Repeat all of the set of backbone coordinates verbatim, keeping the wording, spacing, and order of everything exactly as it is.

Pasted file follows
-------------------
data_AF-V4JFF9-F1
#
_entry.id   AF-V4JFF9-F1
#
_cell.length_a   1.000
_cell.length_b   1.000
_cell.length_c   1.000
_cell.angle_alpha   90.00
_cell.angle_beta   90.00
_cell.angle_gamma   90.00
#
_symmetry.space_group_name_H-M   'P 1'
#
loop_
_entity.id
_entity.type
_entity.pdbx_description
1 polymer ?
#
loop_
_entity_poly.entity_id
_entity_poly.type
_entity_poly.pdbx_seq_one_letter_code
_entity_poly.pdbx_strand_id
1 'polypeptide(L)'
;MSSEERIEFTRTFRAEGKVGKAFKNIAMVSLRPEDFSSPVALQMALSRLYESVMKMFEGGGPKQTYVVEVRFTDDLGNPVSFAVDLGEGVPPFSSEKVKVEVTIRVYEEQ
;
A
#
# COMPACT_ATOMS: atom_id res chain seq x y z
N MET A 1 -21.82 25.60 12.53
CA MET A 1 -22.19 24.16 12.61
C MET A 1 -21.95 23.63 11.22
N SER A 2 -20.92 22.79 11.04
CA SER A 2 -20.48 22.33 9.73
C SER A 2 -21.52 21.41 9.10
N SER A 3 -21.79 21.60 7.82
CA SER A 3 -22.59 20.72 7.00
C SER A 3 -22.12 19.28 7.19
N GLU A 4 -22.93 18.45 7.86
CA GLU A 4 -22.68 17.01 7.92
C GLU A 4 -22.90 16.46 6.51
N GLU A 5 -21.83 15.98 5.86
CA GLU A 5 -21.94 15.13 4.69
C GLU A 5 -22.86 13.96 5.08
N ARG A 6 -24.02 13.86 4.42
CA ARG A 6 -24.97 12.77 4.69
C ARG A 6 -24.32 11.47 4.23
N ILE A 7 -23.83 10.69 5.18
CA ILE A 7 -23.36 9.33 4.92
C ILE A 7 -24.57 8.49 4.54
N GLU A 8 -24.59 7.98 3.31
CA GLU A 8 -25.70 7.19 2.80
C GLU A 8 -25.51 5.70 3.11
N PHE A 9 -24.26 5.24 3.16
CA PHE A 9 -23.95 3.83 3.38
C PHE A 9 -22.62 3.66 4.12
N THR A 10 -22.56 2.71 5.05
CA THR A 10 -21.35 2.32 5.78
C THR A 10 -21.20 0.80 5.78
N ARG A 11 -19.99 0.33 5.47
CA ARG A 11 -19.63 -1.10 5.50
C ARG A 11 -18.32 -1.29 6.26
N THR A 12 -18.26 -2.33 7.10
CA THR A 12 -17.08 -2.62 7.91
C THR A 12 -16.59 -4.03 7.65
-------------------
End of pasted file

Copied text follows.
data_AF-V4JFF9-F1
#
_entry.id   AF-V4JFF9-F1
#
_cell.length_a   1.000
_cell.length_b   1.000
_cell.length_c   1.000
_cell.angle_alpha   90.00
_cell.angle_beta   90.00
_cell.angle_gamma   90.00
#
_symmetry.space_group_name_H-M   'P 1'
#
loop_
_entity.id
_entity.type
_entity.pdbx_description
1 polymer ?
#
loop_
_entity_poly.entity_id
_entity_poly.type
_entity_poly.pdbx_seq_one_letter_code
_entity_poly.pdbx_strand_id
1 'polypeptide(L)'
;MSSEERIEFTRTFRAEGKVGKAFKNIAMVSLRPEDFSSPVALQMALSRLYESVMKMFEGGGPKQTYVVEVRFTDDLGNPVSFAVDLGEGVPPFSSEKVKVEVTIRVYEEQ
;
A
#
# COMPACT_ATOMS: atom_id res chain seq x y z
N MET A 1 -21.82 25.60 12.53
CA MET A 1 -22.19 24.16 12.61
C MET A 1 -21.95 23.63 11.22
N SER A 2 -20.92 22.79 11.04
CA SER A 2 -20.48 22.33 9.73
C SER A 2 -21.52 21.41 9.10
N SER A 3 -21.79 21.60 7.82
CA SER A 3 -22.59 20.72 7.00
C SER A 3 -22.12 19.28 7.19
N GLU A 4 -22.93 18.45 7.86
CA GLU A 4 -22.68 17.01 7.92
C GLU A 4 -22.90 16.46 6.51
N GLU A 5 -21.83 15.98 5.86
CA GLU A 5 -21.94 15.13 4.69
C GLU A 5 -22.86 13.96 5.08
N ARG A 6 -24.02 13.86 4.42
CA ARG A 6 -24.97 12.77 4.69
C ARG A 6 -24.32 11.47 4.23
N ILE A 7 -23.83 10.69 5.18
CA ILE A 7 -23.36 9.33 4.92
C ILE A 7 -24.57 8.49 4.54
N GLU A 8 -24.59 7.98 3.31
CA GLU A 8 -25.70 7.19 2.80
C GLU A 8 -25.51 5.70 3.11
N PHE A 9 -24.26 5.24 3.16
CA PHE A 9 -23.95 3.83 3.38
C PHE A 9 -22.62 3.66 4.12
N THR A 10 -22.56 2.71 5.05
CA THR A 10 -21.35 2.32 5.78
C THR A 10 -21.20 0.80 5.78
N ARG A 11 -19.99 0.33 5.47
CA ARG A 11 -19.63 -1.10 5.50
C ARG A 11 -18.32 -1.29 6.26
N THR A 12 -18.26 -2.33 7.10
CA THR A 12 -17.08 -2.62 7.91
C THR A 12 -16.59 -4.03 7.65